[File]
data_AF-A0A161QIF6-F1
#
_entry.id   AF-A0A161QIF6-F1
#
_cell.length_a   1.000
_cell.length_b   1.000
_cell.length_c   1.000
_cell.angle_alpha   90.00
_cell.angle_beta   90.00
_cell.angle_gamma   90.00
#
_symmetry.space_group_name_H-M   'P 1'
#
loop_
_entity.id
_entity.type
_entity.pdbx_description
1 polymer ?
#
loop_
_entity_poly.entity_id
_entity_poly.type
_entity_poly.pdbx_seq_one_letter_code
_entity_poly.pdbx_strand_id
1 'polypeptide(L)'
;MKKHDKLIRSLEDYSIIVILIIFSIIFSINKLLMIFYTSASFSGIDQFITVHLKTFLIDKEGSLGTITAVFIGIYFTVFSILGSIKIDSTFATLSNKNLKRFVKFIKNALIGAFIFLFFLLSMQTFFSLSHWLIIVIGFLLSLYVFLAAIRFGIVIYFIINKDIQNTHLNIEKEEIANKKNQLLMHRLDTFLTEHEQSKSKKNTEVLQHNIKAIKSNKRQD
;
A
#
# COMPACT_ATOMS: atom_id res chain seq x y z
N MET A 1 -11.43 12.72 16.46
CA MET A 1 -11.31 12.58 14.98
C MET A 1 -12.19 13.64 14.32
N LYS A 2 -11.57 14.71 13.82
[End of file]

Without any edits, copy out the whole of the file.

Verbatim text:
data_AF-A0A161QIF6-F1
#
_entry.id   AF-A0A161QIF6-F1
#
_cell.length_a   1.000
_cell.length_b   1.000
_cell.length_c   1.000
_cell.angle_alpha   90.00
_cell.angle_beta   90.00
_cell.angle_gamma   90.00
#
_symmetry.space_group_name_H-M   'P 1'
#
loop_
_entity.id
_entity.type
_entity.pdbx_description
1 polymer ?
#
loop_
_entity_poly.entity_id
_entity_poly.type
_entity_poly.pdbx_seq_one_letter_code
_entity_poly.pdbx_strand_id
1 'polypeptide(L)'
;MKKHDKLIRSLEDYSIIVILIIFSIIFSINKLLMIFYTSASFSGIDQFITVHLKTFLIDKEGSLGTITAVFIGIYFTVFSILGSIKIDSTFATLSNKNLKRFVKFIKNALIGAFIFLFFLLSMQTFFSLSHWLIIVIGFLLSLYVFLAAIRFGIVIYFIINKDIQNTHLNIEKEEIANKKNQLLMHRLDTFLTEHEQSKSKKNTEVLQHNIKAIKSNKRQD
;
A
#
# COMPACT_ATOMS: atom_id res chain seq x y z
N MET A 1 -11.43 12.72 16.46
CA MET A 1 -11.31 12.58 14.98
C MET A 1 -12.19 13.64 14.32
N LYS A 2 -11.57 14.71 13.82